Sun. May 19th, 2024

What you missed on Day 7 of Trump’s trial.

By 37ci3 Apr25,2024



Thursday marked the third day this week that former National Enquirer publisher David Packer’s testimony provided a roadmap for the prosecution’s case against former President Donald Trump.

From detailing the work invoice to establishing how closely Trump was involved from start to finish, District Attorney’s attorneys walked the jury through most of the events leading up to and after the payments to Packer to Stormy Daniels, speaking to silence about one incident. her alleged relationship with a real estate mogul.

The testimony was sprinkled with juicy celebrity gossip and revelations about Trump’s repeated inquiries about the Playboy model he claimed to be having an affair with.

After hours of discussing new details, the defense tried Thursday to portray Pecker as suffering from memory loss and acting on his own motives.

Here’s what you missed on Day 7 of Trump’s silent money trial:

Peker presents a series of events

At the heart of the prosecution’s case is the allegation that former Trump lawyer and fixer Michael Cohen paid Daniels to keep quiet about the alleged affair.

Peker did not make these payments. But he says he made payments to other people who promoted offensive stories about Trump. And he told jurors he had been talking to Cohen about the payments to Daniels, including asking Trump to pay Cohen back at the lawyer’s request.

Much of Packer’s testimony focused on his relationship with Playboy model Karen McDougal, who said he had a one-year affair with Trump.

Peker testified that he paid McDougal $150,000 – both for the rights to the story, which he never wanted to publish, and for writing pieces for his publications. He did so with a guarantee from Cohen, who testified that Trump would reimburse him for at least the $125,000 he estimated the rights to his story were worth.

Packer was concerned about the legality of the deals with Trump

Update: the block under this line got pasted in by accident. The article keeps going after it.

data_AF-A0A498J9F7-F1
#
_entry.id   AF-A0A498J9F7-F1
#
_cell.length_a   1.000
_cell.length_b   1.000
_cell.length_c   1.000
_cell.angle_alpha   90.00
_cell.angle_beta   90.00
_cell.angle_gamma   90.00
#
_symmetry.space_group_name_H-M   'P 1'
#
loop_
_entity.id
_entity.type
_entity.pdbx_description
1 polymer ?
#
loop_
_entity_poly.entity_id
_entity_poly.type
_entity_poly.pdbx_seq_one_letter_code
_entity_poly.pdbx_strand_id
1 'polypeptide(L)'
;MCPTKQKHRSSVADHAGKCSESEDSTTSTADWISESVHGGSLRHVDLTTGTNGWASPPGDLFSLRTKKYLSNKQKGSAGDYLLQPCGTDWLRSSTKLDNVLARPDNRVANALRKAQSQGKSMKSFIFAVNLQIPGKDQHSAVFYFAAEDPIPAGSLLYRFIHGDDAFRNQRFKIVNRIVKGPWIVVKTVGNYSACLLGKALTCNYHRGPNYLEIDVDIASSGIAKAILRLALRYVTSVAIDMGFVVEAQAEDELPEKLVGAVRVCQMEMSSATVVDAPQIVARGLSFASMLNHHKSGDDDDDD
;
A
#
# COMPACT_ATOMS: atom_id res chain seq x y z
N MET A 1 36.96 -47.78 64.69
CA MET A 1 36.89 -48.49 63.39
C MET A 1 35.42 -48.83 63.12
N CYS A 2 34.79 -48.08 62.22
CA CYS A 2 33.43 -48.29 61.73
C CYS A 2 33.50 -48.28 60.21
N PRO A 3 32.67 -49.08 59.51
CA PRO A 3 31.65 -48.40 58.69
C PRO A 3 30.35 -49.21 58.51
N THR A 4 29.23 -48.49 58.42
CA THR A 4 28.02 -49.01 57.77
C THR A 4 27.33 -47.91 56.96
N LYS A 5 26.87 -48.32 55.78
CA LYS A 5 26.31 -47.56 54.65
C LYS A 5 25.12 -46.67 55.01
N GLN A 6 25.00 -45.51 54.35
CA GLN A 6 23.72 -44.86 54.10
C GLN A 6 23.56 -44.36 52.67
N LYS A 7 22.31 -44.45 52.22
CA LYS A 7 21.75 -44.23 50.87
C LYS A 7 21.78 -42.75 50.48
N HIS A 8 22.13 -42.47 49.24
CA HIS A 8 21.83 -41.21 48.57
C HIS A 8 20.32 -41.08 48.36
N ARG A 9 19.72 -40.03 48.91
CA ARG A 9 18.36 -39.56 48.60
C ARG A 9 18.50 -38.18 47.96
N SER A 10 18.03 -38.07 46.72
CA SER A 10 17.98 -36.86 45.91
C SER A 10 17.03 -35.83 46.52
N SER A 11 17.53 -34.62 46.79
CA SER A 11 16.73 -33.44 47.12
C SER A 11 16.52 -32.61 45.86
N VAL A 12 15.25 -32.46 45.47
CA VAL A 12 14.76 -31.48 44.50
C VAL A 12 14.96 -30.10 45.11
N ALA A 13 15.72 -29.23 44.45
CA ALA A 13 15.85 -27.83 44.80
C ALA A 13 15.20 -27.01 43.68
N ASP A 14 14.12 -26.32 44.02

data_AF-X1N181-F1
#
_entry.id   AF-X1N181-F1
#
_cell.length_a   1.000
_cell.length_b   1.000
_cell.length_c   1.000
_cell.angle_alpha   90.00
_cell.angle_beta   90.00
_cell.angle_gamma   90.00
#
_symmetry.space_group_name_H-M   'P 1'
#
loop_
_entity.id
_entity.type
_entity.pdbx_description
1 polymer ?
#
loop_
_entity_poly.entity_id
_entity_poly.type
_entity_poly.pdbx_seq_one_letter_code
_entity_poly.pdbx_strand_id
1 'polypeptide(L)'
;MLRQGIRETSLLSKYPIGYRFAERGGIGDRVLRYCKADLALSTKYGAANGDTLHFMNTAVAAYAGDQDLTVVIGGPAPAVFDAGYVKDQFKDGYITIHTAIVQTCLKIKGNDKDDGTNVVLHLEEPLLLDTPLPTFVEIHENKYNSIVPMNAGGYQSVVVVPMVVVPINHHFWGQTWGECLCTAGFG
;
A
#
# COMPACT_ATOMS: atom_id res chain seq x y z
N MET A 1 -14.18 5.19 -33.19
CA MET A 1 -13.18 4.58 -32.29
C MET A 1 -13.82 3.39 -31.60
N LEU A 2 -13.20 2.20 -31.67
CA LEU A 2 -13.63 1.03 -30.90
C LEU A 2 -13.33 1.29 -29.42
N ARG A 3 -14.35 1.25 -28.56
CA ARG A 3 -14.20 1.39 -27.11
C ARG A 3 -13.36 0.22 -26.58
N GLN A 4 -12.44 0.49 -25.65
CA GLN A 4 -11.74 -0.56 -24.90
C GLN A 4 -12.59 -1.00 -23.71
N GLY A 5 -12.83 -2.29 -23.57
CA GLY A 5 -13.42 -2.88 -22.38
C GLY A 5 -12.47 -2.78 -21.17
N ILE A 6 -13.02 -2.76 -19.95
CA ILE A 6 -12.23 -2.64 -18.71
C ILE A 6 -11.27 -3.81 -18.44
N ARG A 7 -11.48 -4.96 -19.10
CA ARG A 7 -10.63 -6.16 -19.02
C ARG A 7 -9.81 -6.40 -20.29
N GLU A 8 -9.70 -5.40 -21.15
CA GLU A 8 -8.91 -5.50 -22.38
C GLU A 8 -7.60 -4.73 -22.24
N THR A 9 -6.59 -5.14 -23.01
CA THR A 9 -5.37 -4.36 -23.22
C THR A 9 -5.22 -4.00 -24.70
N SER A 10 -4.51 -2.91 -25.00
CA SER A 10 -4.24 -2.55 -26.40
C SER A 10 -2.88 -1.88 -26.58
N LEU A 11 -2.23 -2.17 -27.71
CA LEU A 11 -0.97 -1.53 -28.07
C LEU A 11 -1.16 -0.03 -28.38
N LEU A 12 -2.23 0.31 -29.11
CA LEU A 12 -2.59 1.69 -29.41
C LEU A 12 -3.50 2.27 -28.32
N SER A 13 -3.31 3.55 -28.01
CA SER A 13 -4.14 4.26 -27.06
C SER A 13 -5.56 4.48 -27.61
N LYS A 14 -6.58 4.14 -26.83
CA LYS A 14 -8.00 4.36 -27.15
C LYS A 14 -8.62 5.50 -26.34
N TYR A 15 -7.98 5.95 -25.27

Packer testified about new public evidence showing he is concerned about potential legal liability for paying for stories about a political candidate. That’s what made him and his lawyer decide not to ask Trump to reimburse him for the McDougal payment.

He admitted to lying to the Wall Street Journal about his company’s contract with McDougal.

“I wanted to protect my company, I wanted to protect myself, and I wanted to protect Donald Trump,” Packer said.

Peker said Trump was trying to get old boxes of research on him that the National Enquirer kept

Packer testified that Trump intended to obtain old boxes of materials and files in the possession of the National Enquirer. Cohen called his office “constantly” in September 2016 demanding they be sent, Packer said, as he tried to negotiate how the presidential candidate would pay for McDougal’s story.

In a September 2016 meeting at Trump Tower, Cohen continued to press Pecker about the boxes of National Enquirer materials Pecker had brought from Florida to New York.

Cohen told Peker that Trump was concerned about the memos and the McDougal story remaining in the National Enquirer’s control and that he “didn’t want anyone else to publish those stories if they got hit by a bus or the company was sold.”

“I’m not a bank”

Peker, who detailed how the payments to McDougal were made, told the jury he went to great lengths to make sure the rest of the newsroom didn’t find out.

Peker used Investment Advisory Services, Inc. to pay Cohen’s corporation, Decision Advisors. was planning to use a company run by a former CEO.

“I don’t want to get a check from the Trump Organization going through AMI,” Peker said. He said Cohen recommended a flat fee for “advisory services.”

“Because I think the payment is going to create a lot of problems and communicate to the editors something that I don’t want to happen,” he said.